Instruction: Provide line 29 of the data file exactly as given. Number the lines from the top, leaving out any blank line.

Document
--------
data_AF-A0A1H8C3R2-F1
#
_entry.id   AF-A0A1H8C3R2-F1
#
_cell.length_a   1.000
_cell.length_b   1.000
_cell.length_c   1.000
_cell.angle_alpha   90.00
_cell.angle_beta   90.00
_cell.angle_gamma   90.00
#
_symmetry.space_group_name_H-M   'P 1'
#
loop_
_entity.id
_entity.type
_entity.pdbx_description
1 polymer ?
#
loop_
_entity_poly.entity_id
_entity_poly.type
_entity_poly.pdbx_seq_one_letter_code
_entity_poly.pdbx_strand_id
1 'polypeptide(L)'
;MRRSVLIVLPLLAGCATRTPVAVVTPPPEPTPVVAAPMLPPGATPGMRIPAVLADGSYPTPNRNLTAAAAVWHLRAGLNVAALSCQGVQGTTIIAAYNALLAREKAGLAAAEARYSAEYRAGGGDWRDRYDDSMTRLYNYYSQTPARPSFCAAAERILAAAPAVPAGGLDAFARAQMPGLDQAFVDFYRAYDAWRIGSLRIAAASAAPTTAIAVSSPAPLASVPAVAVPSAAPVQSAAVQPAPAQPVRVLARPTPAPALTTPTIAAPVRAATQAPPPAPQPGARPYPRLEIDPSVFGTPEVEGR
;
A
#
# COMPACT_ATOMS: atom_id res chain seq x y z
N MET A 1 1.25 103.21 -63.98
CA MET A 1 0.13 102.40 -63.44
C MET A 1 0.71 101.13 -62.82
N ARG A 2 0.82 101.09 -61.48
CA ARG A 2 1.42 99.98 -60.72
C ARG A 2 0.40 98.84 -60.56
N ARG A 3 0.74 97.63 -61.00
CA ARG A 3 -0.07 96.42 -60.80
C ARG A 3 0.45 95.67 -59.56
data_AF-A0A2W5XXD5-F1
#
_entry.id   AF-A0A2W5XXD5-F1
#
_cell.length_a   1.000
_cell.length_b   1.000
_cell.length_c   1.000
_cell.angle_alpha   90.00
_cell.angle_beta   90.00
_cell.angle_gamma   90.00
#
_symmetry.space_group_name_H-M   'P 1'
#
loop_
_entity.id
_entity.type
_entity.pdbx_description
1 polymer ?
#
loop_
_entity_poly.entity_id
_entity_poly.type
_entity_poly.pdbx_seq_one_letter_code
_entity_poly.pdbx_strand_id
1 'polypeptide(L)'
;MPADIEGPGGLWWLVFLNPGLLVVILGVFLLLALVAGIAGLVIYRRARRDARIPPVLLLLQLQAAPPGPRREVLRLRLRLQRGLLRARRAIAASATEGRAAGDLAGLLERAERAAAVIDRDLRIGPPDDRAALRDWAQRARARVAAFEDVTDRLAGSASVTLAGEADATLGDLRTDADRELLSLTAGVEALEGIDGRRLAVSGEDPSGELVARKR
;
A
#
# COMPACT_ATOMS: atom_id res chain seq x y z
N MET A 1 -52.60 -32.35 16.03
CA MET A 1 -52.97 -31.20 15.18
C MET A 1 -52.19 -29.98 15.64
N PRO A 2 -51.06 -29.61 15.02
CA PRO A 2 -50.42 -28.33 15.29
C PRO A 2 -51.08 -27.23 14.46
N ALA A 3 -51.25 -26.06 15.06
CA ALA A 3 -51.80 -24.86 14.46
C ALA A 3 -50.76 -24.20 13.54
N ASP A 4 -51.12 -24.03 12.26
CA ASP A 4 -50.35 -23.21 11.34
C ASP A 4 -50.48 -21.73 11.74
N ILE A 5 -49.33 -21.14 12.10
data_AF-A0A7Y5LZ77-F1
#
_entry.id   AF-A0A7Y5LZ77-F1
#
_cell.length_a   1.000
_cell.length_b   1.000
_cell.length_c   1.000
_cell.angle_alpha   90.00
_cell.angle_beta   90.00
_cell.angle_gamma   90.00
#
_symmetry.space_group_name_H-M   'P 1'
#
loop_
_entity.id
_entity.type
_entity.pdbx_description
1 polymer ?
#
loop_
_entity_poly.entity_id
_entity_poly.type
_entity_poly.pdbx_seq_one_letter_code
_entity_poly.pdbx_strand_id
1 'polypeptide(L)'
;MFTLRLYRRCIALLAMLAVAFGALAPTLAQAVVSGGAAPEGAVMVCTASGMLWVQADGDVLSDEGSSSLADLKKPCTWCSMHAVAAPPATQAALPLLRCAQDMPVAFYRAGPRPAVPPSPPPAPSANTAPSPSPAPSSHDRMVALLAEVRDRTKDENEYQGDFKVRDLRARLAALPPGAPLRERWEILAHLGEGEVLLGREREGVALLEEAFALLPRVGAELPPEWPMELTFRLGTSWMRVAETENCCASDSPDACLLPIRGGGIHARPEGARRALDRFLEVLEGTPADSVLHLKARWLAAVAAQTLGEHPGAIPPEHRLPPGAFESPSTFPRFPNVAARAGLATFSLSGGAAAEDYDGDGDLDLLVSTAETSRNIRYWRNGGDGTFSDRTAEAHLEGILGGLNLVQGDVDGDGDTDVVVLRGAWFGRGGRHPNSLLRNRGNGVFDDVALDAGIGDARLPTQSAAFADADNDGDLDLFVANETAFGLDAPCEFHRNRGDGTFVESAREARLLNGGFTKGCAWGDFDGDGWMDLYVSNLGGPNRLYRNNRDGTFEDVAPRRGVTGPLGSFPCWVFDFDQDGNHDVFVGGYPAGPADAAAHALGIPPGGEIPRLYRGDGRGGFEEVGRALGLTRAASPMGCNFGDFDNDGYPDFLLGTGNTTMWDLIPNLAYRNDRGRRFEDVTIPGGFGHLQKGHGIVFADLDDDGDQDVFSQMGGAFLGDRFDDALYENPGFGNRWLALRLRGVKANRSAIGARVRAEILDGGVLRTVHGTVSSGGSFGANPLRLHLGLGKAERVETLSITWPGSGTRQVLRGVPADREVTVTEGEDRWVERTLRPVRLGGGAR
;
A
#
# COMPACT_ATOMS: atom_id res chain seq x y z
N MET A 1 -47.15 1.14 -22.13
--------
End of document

#